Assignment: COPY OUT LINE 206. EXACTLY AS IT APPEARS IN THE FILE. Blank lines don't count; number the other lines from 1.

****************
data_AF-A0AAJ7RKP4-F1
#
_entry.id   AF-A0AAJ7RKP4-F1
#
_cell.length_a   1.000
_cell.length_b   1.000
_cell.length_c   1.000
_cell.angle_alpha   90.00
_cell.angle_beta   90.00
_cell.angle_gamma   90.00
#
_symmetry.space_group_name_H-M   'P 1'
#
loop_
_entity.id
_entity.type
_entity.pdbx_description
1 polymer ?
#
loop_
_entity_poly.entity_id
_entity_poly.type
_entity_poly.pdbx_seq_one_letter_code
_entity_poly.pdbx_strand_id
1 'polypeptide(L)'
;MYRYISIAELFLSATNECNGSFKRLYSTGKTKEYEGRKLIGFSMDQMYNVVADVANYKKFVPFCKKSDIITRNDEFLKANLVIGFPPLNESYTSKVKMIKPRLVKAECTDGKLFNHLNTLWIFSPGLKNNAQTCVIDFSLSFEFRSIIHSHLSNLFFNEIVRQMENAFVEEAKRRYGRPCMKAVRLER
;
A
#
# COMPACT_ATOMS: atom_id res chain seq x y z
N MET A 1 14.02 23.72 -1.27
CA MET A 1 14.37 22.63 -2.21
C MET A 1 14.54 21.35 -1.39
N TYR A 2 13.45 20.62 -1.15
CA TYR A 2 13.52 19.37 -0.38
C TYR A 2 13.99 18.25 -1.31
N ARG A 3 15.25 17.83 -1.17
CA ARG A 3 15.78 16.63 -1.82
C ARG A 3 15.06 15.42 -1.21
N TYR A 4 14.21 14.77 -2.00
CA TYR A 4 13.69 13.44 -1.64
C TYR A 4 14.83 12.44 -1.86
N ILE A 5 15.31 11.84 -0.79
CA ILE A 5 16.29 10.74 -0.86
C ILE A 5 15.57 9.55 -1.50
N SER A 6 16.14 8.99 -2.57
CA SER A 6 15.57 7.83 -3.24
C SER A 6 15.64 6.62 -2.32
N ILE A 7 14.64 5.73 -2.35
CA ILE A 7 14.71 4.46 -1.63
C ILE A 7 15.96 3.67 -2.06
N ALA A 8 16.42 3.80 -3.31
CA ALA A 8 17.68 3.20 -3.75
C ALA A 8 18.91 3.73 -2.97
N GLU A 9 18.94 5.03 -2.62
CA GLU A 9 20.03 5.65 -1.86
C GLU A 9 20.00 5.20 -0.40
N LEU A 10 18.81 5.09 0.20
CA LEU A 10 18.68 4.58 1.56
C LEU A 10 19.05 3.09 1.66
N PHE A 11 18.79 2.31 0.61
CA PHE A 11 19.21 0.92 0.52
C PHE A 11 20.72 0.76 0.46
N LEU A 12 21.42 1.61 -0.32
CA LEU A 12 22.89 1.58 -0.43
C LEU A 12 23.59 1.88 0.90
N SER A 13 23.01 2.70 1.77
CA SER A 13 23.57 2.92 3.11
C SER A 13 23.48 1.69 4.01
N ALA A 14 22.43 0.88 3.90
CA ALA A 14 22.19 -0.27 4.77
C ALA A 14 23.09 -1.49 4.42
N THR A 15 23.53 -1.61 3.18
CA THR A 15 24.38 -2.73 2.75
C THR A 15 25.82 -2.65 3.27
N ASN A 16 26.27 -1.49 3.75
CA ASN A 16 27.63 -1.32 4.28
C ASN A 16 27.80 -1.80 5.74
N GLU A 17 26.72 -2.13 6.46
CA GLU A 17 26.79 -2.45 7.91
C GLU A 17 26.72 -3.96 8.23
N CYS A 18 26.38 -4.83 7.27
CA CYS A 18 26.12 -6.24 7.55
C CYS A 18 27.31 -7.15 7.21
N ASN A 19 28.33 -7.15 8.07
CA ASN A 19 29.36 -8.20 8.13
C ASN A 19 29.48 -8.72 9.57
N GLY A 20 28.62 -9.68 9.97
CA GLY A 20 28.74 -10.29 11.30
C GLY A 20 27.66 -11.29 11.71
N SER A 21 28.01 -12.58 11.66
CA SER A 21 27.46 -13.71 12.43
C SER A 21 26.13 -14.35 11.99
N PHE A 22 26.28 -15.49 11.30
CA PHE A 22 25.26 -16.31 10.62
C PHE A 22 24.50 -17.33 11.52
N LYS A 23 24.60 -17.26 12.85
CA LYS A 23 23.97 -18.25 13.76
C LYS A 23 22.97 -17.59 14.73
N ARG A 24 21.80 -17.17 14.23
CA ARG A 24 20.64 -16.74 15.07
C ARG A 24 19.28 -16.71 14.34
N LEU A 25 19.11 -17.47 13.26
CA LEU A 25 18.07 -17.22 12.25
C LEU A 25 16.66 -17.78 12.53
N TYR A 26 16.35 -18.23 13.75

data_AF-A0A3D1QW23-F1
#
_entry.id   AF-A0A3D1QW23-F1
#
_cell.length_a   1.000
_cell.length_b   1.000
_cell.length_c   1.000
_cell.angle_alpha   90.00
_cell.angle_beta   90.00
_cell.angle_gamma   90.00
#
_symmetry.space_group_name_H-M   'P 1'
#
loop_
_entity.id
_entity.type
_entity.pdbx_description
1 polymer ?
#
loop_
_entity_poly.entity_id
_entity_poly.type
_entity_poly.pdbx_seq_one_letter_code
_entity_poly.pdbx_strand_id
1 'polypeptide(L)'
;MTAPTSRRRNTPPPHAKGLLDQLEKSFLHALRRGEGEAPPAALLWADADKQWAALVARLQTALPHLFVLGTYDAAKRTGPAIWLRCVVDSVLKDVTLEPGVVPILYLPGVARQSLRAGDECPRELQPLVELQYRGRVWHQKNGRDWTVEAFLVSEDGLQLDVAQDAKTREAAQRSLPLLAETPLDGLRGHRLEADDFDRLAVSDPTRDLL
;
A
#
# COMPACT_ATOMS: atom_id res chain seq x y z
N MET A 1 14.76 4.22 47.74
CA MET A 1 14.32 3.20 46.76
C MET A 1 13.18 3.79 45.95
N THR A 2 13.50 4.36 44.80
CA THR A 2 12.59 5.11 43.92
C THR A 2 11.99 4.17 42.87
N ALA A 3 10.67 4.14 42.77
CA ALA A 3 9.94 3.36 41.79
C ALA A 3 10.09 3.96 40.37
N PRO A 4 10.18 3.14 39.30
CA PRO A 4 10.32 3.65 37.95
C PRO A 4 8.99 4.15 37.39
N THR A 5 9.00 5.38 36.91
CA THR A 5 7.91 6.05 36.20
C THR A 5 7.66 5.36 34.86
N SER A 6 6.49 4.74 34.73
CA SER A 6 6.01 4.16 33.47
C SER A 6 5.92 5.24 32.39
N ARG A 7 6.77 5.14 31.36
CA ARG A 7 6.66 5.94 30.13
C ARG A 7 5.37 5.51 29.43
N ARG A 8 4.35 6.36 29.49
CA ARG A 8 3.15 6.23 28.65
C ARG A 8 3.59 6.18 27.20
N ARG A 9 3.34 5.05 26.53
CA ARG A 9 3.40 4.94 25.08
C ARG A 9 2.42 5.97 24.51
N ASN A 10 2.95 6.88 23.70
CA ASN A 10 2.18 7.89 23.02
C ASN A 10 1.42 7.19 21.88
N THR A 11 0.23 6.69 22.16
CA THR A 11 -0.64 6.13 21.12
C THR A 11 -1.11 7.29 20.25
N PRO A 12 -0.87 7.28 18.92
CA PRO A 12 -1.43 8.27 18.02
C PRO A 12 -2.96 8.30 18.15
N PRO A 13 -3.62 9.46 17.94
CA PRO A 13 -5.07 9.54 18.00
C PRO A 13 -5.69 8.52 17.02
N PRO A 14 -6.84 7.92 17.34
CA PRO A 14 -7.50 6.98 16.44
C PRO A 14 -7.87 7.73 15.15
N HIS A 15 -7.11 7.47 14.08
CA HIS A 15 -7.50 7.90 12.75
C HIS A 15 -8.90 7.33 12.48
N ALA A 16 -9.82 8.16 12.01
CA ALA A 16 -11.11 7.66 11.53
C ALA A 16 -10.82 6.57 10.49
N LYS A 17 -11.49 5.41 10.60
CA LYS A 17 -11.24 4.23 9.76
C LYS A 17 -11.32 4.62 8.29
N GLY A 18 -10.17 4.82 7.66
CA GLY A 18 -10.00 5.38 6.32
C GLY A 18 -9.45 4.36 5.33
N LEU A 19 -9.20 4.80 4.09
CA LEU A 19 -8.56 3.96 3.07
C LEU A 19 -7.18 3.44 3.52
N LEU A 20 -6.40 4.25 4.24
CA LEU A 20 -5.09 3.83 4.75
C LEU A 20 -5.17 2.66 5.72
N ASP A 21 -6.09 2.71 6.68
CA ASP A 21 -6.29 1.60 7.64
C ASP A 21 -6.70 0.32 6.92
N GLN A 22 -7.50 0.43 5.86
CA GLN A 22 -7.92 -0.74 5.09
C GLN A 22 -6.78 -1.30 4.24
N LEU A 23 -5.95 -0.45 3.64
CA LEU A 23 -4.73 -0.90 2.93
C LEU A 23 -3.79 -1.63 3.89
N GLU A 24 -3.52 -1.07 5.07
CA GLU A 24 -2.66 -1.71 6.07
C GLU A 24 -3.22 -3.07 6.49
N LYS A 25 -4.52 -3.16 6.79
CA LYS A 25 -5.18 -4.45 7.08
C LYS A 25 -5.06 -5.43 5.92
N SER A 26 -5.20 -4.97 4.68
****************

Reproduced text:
N GLU A 24 -3.52 -1.07 5.07